If we retrospect the containment measures, it is on the surface that during the 20th century, when the plague reached Australia, the rats were amassed and killed. The professional rat-catchers were employed to exterminate the rat’s species in the country. This is similar to Egypt, hit hard by bird flu in 2009, and has ordered the slaughter of every pig herd in the country as a precaution against Swine Flu.

However, currently, at this time of Bubonic plague, a high-level alert and warning have put on in the infected Chinese areas of Inner Mongolia with stepping up the necessary intervention moves for the plague preventive and control measurements. The Bayan Nur officials have released a temporal ban on eating or hunting marmots in the western Mongolia region that historically reported the outbreak. The authorities have warned people about the dangers and appealed to report the information regarding the dead or sick marmots in the areas. A mandate for quarantine has also issued in Khovd Province to curb the further spread of the plague. The identified infected and contacted people are being quarantined and treated with the supportive public health care systems in the region. Besides, as a precaution measure, Russia has also suddenly put a restriction on eating marmots and traveling to contiguous areas. The country is patrolling with maximum alertness in the adjacent regions along with China, Mongolia, and Kazakhstan.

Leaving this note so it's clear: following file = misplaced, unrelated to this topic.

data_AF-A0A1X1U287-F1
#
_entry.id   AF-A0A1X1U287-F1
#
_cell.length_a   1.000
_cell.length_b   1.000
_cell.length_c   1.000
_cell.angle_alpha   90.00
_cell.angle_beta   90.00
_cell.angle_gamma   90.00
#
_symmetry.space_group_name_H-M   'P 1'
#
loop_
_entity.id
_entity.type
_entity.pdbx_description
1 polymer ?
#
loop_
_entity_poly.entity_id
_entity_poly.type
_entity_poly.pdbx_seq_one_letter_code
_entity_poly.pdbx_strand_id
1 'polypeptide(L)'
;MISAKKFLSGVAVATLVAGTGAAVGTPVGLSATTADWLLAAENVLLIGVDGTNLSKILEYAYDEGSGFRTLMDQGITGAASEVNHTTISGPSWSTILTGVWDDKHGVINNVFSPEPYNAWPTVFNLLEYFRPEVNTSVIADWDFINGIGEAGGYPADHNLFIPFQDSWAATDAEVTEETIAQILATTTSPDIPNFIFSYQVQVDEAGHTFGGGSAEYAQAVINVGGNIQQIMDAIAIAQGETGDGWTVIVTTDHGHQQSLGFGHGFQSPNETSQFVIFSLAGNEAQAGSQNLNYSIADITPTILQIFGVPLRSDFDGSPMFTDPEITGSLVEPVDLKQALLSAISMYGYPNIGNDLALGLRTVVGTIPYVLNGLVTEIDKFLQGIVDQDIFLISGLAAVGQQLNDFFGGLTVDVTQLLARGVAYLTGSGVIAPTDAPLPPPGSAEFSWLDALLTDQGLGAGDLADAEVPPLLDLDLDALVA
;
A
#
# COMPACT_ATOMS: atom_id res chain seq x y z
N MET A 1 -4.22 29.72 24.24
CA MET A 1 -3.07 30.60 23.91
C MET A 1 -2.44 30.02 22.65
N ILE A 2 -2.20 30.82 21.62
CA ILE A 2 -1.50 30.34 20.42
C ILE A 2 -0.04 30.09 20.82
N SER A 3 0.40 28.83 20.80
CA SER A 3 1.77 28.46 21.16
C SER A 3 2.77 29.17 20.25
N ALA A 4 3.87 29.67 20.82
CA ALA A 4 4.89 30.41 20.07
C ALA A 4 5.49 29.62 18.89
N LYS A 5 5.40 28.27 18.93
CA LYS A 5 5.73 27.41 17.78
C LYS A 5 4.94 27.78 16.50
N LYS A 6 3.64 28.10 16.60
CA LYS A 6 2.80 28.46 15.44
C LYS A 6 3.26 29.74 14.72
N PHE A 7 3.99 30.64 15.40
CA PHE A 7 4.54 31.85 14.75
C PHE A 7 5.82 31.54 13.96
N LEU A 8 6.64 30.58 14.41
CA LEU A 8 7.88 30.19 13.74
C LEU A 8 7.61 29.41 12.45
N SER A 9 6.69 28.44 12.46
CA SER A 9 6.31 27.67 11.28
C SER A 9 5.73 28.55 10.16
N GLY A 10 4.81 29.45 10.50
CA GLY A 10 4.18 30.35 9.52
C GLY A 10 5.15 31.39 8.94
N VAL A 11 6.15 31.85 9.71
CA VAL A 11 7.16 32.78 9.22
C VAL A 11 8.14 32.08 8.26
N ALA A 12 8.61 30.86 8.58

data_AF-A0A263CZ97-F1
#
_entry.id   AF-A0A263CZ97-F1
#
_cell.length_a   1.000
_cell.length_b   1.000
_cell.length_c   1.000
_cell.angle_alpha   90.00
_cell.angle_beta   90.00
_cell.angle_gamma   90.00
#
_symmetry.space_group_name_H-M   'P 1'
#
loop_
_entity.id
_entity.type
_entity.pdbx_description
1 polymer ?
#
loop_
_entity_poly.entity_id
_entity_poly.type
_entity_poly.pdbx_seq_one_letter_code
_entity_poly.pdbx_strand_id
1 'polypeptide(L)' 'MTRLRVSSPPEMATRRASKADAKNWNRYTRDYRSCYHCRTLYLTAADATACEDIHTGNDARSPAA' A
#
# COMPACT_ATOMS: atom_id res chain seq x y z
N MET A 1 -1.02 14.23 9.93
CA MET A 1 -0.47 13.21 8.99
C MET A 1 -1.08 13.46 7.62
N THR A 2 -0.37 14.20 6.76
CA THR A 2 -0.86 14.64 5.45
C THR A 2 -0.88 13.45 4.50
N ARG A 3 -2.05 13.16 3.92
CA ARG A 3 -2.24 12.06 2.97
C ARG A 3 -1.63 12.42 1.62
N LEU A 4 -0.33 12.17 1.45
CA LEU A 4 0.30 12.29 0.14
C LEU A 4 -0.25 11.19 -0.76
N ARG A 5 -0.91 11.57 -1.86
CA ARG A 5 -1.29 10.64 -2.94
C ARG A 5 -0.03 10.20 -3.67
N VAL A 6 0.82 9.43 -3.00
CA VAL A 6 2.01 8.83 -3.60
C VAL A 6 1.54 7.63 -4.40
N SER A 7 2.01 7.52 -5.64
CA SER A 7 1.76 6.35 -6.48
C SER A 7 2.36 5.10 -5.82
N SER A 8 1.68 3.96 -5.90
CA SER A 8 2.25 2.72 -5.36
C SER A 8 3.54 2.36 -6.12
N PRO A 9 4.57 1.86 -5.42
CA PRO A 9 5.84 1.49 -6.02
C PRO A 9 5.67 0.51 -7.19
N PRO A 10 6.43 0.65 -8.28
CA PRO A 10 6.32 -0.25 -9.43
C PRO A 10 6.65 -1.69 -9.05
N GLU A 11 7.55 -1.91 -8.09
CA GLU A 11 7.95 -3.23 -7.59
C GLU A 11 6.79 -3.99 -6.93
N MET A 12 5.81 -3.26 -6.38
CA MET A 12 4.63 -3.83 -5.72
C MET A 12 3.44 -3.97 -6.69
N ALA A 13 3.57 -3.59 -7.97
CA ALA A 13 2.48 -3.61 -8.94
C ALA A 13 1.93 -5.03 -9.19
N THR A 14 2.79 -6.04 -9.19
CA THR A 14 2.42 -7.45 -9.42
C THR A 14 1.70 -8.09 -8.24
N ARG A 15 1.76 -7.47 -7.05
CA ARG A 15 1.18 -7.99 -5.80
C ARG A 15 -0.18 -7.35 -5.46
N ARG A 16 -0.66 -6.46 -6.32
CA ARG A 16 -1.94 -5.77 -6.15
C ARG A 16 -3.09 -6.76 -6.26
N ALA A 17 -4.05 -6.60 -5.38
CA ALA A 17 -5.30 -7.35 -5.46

In closing, the University of Queensland virologist Ian Mackay writes in the Conversation, “new strains of flu do pop up from time to time and we need to be ready to respond when they do, watching carefully for signs of human-to-human transmission”. The contact tracing and community surveillance are urged to acknowledge culminating the high risk of human-to-human transmission. The general people should also ameliorate the self-protection and risk-safety health measures in the region. Additionally, the World Health Organization (WHO) has admonished the world for its massive unscientific and uncontrolled encroachment and fragmentation over the natural habitats and destroying the local ecosystem and biodiversity causing more danger to mankind and its immediate surroundings.

Nawaz Sarif is a Ph.D. scholar and a UGC fellow at the School of Education, North-Eastern Hill University (NEHU), Shillong.